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OREGON COAST — Along the beaches right now, shorebirds are migrating and harbor seals are giving birth. People and, more specifically, out-of-control unleashed dogs can have a negative impact on coastal wildlife, according to officials with the Oregon Coast National Wildlife Refuge.

In the past five days the Refuge office has received three reports of dogs harassing wildlife on the beach including a photo of a dog chasing a flock of birds, which was taken on Friday, May 8.

On May 11, the Refuge office received a report from a citizen in Bandon: "A newborn harbor seal pup was resting on a low rock in the intertidal zone. An unleashed dog was roughly 50' ahead of its owner and not under control. The dog ran to the seal pup, barked at it, then grabbed the pup in its mouth violently shaking the pup back and forth. The pup reared its head, attempting to defend itself. The attack lasted 20 seconds while the owner attempted to control the dog."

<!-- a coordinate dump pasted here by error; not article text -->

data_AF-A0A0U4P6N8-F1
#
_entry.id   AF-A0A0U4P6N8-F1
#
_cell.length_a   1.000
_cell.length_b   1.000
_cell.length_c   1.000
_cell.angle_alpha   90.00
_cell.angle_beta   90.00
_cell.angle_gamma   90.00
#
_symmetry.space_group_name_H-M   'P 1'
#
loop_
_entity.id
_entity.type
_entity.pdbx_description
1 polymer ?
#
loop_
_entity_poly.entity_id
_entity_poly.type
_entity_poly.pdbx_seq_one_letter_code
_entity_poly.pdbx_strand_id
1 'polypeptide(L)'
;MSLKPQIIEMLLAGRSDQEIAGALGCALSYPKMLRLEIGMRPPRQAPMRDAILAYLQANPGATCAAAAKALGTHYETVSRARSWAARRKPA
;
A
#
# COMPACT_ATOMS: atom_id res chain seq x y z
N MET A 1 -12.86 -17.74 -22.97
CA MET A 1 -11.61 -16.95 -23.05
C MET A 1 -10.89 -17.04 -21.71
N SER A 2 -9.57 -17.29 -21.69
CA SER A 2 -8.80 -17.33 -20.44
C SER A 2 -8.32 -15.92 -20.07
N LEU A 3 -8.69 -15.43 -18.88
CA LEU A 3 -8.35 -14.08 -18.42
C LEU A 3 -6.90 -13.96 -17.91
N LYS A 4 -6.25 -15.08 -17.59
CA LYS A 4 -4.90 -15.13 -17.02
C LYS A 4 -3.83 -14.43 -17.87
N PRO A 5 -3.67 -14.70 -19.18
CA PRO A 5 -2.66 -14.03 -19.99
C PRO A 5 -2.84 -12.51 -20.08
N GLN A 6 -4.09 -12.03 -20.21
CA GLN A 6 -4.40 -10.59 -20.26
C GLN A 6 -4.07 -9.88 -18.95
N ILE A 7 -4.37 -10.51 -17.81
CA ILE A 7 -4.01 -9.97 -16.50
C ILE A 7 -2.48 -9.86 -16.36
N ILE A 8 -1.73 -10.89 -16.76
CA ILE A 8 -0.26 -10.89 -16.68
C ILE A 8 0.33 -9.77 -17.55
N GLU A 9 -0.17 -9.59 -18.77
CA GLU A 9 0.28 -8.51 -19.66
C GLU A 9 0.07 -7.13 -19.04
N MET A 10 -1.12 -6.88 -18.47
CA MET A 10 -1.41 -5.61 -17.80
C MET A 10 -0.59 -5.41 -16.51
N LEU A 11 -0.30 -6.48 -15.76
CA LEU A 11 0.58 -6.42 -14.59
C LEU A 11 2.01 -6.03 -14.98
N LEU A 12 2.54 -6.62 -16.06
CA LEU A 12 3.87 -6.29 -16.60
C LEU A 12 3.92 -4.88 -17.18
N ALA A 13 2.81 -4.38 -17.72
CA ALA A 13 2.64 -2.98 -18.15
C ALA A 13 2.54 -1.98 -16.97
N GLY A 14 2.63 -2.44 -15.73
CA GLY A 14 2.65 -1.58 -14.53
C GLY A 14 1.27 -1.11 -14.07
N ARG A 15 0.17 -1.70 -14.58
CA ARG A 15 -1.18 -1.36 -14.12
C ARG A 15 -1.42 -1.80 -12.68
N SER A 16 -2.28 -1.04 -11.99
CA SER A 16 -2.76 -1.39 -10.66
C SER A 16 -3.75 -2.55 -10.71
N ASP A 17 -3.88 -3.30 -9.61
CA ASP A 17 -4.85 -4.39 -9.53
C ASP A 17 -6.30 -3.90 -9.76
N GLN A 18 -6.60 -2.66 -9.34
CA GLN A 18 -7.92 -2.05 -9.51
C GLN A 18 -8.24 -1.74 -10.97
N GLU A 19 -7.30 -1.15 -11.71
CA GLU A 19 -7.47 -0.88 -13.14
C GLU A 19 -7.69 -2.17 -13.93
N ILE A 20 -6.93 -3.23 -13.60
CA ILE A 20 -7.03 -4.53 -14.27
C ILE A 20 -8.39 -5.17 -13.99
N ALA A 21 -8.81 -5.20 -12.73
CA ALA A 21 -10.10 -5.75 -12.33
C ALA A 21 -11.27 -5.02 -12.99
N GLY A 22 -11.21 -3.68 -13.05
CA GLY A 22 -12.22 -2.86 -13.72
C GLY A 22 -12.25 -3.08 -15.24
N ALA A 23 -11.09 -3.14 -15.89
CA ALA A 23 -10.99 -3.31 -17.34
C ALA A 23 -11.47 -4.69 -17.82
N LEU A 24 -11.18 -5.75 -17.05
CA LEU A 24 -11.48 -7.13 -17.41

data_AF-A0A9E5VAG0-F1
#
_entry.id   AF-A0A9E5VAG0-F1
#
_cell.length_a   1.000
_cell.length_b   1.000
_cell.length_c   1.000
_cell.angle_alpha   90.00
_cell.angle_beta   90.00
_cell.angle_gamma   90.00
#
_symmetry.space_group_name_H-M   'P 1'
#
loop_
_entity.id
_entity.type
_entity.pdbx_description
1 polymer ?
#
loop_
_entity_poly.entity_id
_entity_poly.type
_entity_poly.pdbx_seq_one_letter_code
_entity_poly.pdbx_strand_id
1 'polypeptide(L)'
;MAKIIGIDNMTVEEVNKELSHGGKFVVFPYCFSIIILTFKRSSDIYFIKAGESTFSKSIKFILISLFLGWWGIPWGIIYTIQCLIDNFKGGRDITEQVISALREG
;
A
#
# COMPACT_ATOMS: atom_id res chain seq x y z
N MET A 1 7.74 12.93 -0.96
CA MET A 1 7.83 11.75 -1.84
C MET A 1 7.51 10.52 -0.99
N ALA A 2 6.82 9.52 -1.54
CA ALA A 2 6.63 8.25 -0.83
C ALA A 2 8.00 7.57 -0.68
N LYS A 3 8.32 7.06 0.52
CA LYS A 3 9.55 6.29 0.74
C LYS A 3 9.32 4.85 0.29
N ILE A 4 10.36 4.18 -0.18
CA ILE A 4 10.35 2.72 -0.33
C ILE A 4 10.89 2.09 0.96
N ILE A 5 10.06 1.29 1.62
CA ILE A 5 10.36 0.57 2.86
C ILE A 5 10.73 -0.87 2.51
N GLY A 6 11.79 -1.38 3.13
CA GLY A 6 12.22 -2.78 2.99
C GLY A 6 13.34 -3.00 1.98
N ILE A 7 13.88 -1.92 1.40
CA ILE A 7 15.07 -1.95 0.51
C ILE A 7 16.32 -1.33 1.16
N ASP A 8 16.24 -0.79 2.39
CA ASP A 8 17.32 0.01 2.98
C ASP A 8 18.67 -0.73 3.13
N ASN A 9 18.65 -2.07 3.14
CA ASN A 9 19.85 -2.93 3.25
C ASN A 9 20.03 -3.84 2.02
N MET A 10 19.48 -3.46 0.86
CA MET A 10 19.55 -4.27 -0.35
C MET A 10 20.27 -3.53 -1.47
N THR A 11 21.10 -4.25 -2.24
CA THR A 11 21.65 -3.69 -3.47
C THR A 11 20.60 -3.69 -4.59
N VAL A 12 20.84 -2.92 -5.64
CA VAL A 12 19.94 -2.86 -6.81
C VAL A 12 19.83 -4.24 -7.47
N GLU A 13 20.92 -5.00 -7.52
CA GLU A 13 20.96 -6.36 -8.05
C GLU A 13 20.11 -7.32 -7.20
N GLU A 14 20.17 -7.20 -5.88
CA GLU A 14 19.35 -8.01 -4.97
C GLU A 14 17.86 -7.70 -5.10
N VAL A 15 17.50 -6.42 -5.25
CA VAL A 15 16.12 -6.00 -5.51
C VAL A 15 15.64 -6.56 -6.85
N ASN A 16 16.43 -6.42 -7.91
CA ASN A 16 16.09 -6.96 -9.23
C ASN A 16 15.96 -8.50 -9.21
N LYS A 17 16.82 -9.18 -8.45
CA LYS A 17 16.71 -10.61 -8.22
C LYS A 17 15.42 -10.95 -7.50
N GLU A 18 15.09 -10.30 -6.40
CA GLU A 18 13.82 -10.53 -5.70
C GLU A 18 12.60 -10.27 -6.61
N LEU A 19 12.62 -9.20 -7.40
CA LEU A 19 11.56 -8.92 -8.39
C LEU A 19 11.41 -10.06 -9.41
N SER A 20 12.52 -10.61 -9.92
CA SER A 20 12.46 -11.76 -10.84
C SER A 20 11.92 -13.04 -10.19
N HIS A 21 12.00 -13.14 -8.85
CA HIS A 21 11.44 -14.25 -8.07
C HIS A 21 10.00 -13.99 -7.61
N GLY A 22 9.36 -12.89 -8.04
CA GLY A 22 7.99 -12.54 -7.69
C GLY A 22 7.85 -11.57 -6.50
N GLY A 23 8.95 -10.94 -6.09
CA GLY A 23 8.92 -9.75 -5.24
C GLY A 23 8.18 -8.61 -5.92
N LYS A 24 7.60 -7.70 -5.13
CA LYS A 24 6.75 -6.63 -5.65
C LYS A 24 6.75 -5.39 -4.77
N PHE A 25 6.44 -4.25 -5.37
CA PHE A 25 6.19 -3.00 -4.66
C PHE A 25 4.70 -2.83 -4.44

It was later discovered that the seal pup did not survive the attack.

Disturbing wildlife is a violation of Ocean Shore rules and can result in a fine. According to the ordinance, off-leash dogs are tolerated on most Oregon beaches as long as they are under "direct control" of the owner. This means the dog's handler must remain within sight of the dog and the dog must respond to voice commands.

"Please do the right thing and share the beach with wildlife," a Refuge official said. "Leash your dog if you see flocks of shorebirds or harbor seal pups resting on the shore. Keep back at least 50 yards. The safety of coastal wildlife can depend on your preventative actions."

The State of Oregon has jurisdiction over the beaches, which are all open to the public. While seals and other marine mammals are protected and cannot be taken under the Marine Mammal Protection Act, it's unlikely the state would prohibit dogs from being on the beach during nesting/pup season, the official explained. Harbor seals and migrating shorebirds are not protected under the Endangered Species act the way snowy plovers are, with certain beaches roped off during nesting season to help preserve that species. 

"We did speak with the local beach ranger for state parks today and he will be installing signs about keeping back from seals today," the official said on May 12. It is prohibited to climb on the offshore rocks that are accessible during low tide. 


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